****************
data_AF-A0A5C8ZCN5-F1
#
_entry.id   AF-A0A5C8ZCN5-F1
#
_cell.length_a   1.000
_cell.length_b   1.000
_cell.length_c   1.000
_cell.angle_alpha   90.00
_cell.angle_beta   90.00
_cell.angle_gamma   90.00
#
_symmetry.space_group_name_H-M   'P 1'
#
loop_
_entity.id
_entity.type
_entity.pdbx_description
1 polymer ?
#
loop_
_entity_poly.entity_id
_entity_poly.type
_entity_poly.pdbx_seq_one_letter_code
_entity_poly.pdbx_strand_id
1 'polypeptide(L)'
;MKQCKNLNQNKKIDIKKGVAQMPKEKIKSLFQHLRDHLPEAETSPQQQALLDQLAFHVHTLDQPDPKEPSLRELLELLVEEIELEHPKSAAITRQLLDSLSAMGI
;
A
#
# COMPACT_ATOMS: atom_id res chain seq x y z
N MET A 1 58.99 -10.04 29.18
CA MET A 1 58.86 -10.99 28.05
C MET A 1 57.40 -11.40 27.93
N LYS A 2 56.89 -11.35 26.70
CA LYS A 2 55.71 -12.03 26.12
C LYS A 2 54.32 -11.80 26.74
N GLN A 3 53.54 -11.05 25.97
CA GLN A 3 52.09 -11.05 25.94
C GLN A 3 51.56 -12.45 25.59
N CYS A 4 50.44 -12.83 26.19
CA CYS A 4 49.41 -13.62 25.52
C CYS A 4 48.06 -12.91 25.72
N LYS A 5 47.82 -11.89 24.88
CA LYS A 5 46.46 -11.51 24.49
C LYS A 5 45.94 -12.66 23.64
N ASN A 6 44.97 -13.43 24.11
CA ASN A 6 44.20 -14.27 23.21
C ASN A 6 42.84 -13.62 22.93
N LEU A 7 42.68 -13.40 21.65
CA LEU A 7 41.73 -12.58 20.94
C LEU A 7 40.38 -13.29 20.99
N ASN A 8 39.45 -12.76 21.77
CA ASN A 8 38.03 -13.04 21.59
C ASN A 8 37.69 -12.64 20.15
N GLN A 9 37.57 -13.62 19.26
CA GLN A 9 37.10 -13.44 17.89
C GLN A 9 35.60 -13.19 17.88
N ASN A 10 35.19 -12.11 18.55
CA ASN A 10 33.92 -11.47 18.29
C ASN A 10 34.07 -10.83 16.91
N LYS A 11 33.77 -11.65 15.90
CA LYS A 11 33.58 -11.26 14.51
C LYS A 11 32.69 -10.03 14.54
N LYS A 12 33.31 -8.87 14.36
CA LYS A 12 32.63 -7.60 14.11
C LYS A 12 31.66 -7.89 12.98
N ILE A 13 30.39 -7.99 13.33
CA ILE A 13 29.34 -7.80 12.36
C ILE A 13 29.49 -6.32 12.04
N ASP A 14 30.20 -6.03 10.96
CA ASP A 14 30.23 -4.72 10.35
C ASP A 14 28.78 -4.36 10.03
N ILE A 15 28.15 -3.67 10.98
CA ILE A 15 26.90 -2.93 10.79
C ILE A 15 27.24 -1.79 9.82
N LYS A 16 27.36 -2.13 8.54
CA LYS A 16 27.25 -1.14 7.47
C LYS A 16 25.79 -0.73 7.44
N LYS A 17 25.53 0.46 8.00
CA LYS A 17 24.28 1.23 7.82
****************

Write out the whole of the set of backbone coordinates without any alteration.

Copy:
data_AF-A0A5C8ZCN5-F1
#
_entry.id   AF-A0A5C8ZCN5-F1
#
_cell.length_a   1.000
_cell.length_b   1.000
_cell.length_c   1.000
_cell.angle_alpha   90.00
_cell.angle_beta   90.00
_cell.angle_gamma   90.00
#
_symmetry.space_group_name_H-M   'P 1'
#
loop_
_entity.id
_entity.type
_entity.pdbx_description
1 polymer ?
#
loop_
_entity_poly.entity_id
_entity_poly.type
_entity_poly.pdbx_seq_one_letter_code
_entity_poly.pdbx_strand_id
1 'polypeptide(L)'
;MKQCKNLNQNKKIDIKKGVAQMPKEKIKSLFQHLRDHLPEAETSPQQQALLDQLAFHVHTLDQPDPKEPSLRELLELLVEEIELEHPKSAAITRQLLDSLSAMGI
;
A
#
# COMPACT_ATOMS: atom_id res chain seq x y z
N MET A 1 58.99 -10.04 29.18
CA MET A 1 58.86 -10.99 28.05
C MET A 1 57.40 -11.40 27.93
N LYS A 2 56.89 -11.35 26.70
CA LYS A 2 55.71 -12.03 26.12
C LYS A 2 54.32 -11.80 26.74
N GLN A 3 53.54 -11.05 25.97
CA GLN A 3 52.09 -11.05 25.94
C GLN A 3 51.56 -12.45 25.59
N CYS A 4 50.44 -12.83 26.19
CA CYS A 4 49.41 -13.62 25.52
C CYS A 4 48.06 -12.91 25.72
N LYS A 5 47.82 -11.89 24.88
CA LYS A 5 46.46 -11.51 24.49
C LYS A 5 45.94 -12.66 23.64
N ASN A 6 44.97 -13.43 24.11
CA ASN A 6 44.20 -14.27 23.21
C ASN A 6 42.84 -13.62 22.93
N LEU A 7 42.68 -13.40 21.65
CA LEU A 7 41.73 -12.58 20.94
C LEU A 7 40.38 -13.29 20.99
N ASN A 8 39.45 -12.76 21.77
CA ASN A 8 38.03 -13.04 21.59
C ASN A 8 37.69 -12.64 20.15
N GLN A 9 37.57 -13.62 19.26
CA GLN A 9 37.10 -13.44 17.89
C GLN A 9 35.60 -13.19 17.88
N ASN A 10 35.19 -12.11 18.55
CA ASN A 10 33.92 -11.47 18.29
C ASN A 10 34.07 -10.83 16.91
N LYS A 11 33.77 -11.65 15.90
CA LYS A 11 33.58 -11.26 14.51
C LYS A 11 32.69 -10.03 14.54
N LYS A 12 33.31 -8.87 14.36
CA LYS A 12 32.63 -7.60 14.11
C LYS A 12 31.66 -7.89 12.98
N ILE A 13 30.39 -7.99 13.33
CA ILE A 13 29.34 -7.80 12.36
C ILE A 13 29.49 -6.32 12.04
N ASP A 14 30.20 -6.03 10.96
CA ASP A 14 30.23 -4.72 10.35
C ASP A 14 28.78 -4.36 10.03
N ILE A 15 28.15 -3.67 10.98
CA ILE A 15 26.90 -2.93 10.79
C ILE A 15 27.24 -1.79 9.82
N LYS A 16 27.36 -2.13 8.54
CA LYS A 16 27.25 -1.14 7.47
C LYS A 16 25.79 -0.73 7.44
N LYS A 17 25.53 0.46 8.00
CA LYS A 17 24.28 1.23 7.82